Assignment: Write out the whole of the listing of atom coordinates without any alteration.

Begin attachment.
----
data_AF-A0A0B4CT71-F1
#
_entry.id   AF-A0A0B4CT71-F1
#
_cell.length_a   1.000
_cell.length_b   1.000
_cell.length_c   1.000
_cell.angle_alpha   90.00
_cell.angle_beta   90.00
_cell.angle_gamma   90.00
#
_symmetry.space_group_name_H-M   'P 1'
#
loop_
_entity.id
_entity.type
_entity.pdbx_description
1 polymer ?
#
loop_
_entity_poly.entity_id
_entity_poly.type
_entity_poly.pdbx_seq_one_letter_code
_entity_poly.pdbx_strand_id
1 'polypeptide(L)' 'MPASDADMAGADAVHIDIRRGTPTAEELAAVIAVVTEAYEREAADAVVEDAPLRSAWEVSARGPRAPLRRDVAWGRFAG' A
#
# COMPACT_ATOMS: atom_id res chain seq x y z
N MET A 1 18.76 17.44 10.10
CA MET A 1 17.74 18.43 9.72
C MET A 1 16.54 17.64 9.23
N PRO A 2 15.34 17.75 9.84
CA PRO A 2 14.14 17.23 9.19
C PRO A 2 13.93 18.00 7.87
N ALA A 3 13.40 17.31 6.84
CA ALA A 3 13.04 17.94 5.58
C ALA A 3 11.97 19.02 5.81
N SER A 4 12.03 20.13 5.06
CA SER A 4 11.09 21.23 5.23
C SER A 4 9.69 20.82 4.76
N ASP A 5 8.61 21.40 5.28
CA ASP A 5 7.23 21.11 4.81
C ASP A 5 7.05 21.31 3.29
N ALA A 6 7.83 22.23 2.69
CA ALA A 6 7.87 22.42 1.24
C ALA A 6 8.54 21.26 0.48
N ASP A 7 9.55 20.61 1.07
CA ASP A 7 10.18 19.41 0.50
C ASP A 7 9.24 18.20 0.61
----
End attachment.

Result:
data_AF-A0A0B4CT71-F1
#
_entry.id   AF-A0A0B4CT71-F1
#
_cell.length_a   1.000
_cell.length_b   1.000
_cell.length_c   1.000
_cell.angle_alpha   90.00
_cell.angle_beta   90.00
_cell.angle_gamma   90.00
#
_symmetry.space_group_name_H-M   'P 1'
#
loop_
_entity.id
_entity.type
_entity.pdbx_description
1 polymer ?
#
loop_
_entity_poly.entity_id
_entity_poly.type
_entity_poly.pdbx_seq_one_letter_code
_entity_poly.pdbx_strand_id
1 'polypeptide(L)' 'MPASDADMAGADAVHIDIRRGTPTAEELAAVIAVVTEAYEREAADAVVEDAPLRSAWEVSARGPRAPLRRDVAWGRFAG' A
#
# COMPACT_ATOMS: atom_id res chain seq x y z
N MET A 1 18.76 17.44 10.10
CA MET A 1 17.74 18.43 9.72
C MET A 1 16.54 17.64 9.23
N PRO A 2 15.34 17.75 9.84
CA PRO A 2 14.14 17.23 9.19
C PRO A 2 13.93 18.00 7.87
N ALA A 3 13.40 17.31 6.84
CA ALA A 3 13.04 17.94 5.58
C ALA A 3 11.97 19.02 5.81
N SER A 4 12.03 20.13 5.06
CA SER A 4 11.09 21.23 5.23
C SER A 4 9.69 20.82 4.76
N ASP A 5 8.61 21.40 5.28
CA ASP A 5 7.23 21.11 4.81
C ASP A 5 7.05 21.31 3.29
N ALA A 6 7.83 22.23 2.69
CA ALA A 6 7.87 22.42 1.24
C ALA A 6 8.54 21.26 0.48
N ASP A 7 9.55 20.61 1.07
CA ASP A 7 10.18 19.41 0.50
C ASP A 7 9.24 18.20 0.61